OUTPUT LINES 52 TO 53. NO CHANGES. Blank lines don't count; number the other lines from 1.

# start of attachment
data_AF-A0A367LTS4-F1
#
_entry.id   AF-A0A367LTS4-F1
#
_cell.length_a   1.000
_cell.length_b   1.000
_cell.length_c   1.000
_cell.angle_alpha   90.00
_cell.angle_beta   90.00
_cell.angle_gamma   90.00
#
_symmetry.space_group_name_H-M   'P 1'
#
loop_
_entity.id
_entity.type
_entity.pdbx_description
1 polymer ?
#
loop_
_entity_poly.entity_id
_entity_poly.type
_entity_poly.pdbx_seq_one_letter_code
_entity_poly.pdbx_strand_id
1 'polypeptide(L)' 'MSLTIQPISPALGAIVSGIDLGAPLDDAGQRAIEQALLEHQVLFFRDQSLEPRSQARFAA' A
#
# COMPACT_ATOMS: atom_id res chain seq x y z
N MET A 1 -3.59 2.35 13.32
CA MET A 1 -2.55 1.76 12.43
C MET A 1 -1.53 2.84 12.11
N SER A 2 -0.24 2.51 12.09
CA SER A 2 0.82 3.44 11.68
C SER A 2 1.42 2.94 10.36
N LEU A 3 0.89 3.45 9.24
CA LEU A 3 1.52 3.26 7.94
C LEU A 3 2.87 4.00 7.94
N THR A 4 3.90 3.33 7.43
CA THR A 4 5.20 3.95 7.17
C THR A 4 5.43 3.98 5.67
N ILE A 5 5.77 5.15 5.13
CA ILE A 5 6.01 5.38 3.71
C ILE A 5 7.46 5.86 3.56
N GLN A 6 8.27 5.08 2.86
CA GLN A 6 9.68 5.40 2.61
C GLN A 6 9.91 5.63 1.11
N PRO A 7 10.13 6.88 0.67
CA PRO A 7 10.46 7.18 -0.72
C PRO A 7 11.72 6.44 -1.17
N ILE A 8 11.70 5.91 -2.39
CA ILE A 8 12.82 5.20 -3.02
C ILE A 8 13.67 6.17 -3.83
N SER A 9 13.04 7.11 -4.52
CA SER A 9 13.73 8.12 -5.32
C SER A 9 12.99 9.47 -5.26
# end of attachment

N SER A 9 13.04 7.11 -4.52
CA SER A 9 13.73 8.12 -5.32